People often say it’s more expensive to cook healthy food. I don’t really agree with this assumption, especially when you compare how full you get when you eat healthy food versus how much more you eat when you eat junk food. But, even if you think healthy food is more expensive (which I don’t), I think it’s one area worth spending the extra money on. Good food equals good health, and paying extra for things that are good for my body and my spirit and my family is fine with me.
2. Don’t be enticed by marketing ploys that promise “the best sale ever.” Seriously, don’t. Resist the temptation to sign up for emails from Pottery Barn, Ann Taylor Loft, Pier One, Children’s Place, Old Navy, and all those other stores that offer big sales and discounts.
The goal of these emails is not to save you money, contrary to the subject line in the email. Their goal is to get you in their store so you will spend money.
If you hadn’t gotten that email saying, “Everything at the store is 40% off!!”, you wouldn’t have gone to the store anyway! Unsubscribe from these email alerts. Even when places offer coupons through email (like Bealls or Target), you can often find them on their websites, or, when you are at the counter checking out, just ask if they have any coupons you can use and they will most likely give it to you or just apply the discount to your purchase.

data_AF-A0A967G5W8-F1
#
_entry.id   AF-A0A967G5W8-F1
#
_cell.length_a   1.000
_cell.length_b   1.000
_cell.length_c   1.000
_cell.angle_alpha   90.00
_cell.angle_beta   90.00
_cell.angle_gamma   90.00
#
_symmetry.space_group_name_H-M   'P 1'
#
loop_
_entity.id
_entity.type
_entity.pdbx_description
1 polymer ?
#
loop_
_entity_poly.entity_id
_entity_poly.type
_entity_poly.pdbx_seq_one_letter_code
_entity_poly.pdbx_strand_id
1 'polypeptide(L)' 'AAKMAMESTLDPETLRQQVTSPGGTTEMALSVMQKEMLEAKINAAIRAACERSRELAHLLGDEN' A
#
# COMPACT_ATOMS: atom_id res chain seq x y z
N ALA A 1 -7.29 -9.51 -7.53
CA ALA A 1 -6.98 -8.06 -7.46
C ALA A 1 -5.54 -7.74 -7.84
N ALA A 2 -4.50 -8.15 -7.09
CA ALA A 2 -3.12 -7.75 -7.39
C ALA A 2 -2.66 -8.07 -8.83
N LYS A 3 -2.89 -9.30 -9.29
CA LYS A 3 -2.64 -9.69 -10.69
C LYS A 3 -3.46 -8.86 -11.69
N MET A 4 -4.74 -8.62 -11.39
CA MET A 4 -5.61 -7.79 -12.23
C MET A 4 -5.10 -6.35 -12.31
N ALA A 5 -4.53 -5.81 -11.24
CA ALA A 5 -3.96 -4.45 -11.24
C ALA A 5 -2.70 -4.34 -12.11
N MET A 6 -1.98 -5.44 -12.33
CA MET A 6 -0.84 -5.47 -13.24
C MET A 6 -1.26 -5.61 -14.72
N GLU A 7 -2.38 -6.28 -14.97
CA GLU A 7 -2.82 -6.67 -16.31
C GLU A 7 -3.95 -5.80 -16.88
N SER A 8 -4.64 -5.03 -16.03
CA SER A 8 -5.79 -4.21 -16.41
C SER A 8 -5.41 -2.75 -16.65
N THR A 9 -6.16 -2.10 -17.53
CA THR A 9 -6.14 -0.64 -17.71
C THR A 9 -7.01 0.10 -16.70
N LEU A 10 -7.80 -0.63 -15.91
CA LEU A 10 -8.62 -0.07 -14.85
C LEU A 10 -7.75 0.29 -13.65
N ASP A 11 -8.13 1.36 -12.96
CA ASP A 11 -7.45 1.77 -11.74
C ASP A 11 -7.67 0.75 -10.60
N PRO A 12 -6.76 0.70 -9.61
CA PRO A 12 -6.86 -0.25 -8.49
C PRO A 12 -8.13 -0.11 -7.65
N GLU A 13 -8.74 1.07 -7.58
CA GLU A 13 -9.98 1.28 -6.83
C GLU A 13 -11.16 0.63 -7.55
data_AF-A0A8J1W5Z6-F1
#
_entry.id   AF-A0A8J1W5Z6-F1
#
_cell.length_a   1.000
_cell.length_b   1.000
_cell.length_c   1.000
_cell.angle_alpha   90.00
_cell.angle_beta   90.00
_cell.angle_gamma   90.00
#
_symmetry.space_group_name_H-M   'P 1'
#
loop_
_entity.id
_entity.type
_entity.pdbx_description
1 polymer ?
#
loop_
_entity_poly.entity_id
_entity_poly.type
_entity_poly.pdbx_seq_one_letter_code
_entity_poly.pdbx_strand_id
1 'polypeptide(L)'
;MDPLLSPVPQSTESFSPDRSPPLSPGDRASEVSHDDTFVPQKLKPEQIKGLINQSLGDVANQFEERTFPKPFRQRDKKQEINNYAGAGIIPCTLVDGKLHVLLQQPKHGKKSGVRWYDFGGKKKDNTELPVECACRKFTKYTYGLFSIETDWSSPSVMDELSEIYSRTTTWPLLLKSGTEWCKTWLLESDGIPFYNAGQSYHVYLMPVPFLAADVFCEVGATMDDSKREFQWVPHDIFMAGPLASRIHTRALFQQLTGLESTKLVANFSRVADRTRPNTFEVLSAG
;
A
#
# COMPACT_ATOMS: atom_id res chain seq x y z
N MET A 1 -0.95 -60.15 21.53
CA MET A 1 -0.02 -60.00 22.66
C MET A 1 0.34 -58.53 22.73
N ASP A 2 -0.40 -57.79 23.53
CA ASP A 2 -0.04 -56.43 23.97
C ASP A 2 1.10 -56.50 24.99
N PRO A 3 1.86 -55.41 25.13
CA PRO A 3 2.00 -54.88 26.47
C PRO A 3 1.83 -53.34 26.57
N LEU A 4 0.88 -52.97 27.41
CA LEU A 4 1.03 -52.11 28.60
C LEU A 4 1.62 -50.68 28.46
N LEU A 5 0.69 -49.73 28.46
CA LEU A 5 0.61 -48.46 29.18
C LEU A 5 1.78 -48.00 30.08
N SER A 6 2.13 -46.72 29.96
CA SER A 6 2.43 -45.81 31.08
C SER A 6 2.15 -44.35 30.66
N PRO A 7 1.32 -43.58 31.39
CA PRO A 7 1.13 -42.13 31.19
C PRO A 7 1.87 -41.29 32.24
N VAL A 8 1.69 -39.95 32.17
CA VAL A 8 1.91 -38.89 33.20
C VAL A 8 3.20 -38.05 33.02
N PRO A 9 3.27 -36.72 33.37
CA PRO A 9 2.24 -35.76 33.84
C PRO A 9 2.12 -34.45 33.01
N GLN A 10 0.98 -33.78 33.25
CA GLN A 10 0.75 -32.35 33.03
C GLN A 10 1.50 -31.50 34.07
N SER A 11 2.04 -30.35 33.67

Emails aren’t the only place retailers get you, though. TV commercials are another way they do it, especially with our children. If you have DVR, skip through the commercials. If you don’t, tell your children to get up and go do something during the commercials so they aren’t manipulated into wanting more “stuff” that just clutters your house and your life.
Do not be enticed. Resist temptation. Flee from it…quickly. When we give in, we always end up spending more money than we would have had we not known about these “sales” in the first place. Less is more.
3. Buy from Amazon. I have a lot of friends who refuse to buy from Amazon (or Wal-Mart) for moral reasons or for fear these big companies will destroy small, local businesses. I respect those positions. I have thought them at one time or another.